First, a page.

Clinical Trial to Treat Rare Skin Disorder with siRNA Technology
News Jan 18, 2008
PC Project has began a Phase 1b clinical trial for treatment of pachyonychia congenita (PC) with a short interfering RNA (siRNA)-based therapeutic. PC is a dominant genetic disorder resulting from mutations in genes that encode keratins, which give structural integrity to skin cells.
Dr. Sancy Leachman, a University of Utah Dermatologist, is leading the study using a newly developed siRNA called TD101. This new drug has received the orphan drug designation (drug for rare diseases) by the US FDA under the Orphan Drug Act and was developed by TransDerm (Santa Cruz, CA) in collaboration with the International PC Consortium (IPCC), a group of physicians and scientists who agreed in 2004 to work together to develop therapeutics for this rare skin disorder.
Dr. Leachman, who heads the IPCC says, "Our siRNA formulation is designed to inhibit production of the mutated keratin so the normal gene can function correctly."
Treatments based on the powerful new technology are just now coming to clinic. Recent siRNA clinical trials include treatment of age-related macular degeneration (AMD) and respiratory syncytial virus (RSV). TD101 represents the first use of siRNA technology in skin as well as the first siRNA which targets a mutant gene.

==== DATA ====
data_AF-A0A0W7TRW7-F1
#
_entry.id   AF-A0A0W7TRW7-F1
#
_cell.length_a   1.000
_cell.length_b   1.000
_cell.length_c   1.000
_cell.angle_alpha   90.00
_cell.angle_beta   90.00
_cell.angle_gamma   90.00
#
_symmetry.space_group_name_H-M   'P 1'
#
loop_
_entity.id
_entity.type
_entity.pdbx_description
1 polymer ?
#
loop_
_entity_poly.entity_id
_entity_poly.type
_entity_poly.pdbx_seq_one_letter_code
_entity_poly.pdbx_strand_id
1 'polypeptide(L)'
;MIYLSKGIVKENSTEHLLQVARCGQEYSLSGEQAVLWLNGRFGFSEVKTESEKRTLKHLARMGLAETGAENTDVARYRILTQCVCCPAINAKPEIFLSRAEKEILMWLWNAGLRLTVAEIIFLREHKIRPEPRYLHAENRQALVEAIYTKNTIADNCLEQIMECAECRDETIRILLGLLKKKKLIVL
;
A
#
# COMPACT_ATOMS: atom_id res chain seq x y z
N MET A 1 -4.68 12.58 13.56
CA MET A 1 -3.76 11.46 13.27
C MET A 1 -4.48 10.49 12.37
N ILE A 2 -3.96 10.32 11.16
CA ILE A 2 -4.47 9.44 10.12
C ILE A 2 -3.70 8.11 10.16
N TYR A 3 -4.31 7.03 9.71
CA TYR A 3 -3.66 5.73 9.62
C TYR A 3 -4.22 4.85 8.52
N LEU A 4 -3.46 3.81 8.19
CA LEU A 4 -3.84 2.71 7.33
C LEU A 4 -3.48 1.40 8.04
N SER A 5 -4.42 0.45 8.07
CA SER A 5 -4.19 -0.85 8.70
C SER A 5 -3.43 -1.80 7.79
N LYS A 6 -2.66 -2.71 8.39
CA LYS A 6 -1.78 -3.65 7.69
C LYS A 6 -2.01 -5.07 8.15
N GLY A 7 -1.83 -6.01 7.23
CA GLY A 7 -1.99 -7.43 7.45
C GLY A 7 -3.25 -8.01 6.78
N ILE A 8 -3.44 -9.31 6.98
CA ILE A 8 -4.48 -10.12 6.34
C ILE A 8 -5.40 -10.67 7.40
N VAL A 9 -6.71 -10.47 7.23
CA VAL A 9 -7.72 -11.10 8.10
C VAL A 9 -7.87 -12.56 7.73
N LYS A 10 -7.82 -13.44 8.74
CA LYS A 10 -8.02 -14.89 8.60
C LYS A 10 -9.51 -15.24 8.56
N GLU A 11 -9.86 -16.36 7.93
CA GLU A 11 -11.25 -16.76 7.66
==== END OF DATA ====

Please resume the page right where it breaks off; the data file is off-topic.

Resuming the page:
Dr. Roger Kaspar, CEO of TransDerm, says, "We feel fortunate to be part of an unprecedented effort involving a group of dedicated physicians, scientists, consultants, advocates and patients in pursuit of a common goal. We hope this drug can help the few PC patients that have the targeted mutation and that we can extend what we have learned to larger numbers of patients suffering from other untreatable dominant genetic disorders."
As genome editing technologies advance toward clinical therapies, they are raising hopes of a completely new way to treat disease. However, challenges need to be addressed before potential treatments can be widely used in patients. To tackle these challenges, the National Institutes of Health has launched the Somatic Cell Genome Editing program, which has awarded multiple grants including more than $3.6 million to assess the safety of genome editing in human cells and tissues.